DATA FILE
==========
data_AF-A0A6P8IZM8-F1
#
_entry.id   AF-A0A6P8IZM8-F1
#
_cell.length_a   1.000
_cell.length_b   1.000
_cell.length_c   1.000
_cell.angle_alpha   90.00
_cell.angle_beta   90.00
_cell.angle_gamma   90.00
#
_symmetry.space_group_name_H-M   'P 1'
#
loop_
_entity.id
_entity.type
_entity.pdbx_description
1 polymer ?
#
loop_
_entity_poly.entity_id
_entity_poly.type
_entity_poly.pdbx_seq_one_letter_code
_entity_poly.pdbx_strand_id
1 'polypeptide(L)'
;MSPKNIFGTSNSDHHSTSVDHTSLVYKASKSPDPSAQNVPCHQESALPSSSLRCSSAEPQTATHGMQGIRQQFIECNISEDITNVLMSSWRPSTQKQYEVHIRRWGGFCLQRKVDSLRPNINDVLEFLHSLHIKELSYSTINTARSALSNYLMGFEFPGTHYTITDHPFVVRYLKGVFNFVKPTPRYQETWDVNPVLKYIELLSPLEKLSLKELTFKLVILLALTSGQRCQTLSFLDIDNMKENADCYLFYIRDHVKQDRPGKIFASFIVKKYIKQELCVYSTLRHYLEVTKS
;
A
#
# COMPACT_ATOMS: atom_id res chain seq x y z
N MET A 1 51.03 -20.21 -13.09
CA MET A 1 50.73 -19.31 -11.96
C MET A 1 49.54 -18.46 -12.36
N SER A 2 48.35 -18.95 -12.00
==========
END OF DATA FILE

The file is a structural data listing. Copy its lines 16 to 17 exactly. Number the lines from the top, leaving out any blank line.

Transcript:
_entity.type
_entity.pdbx_description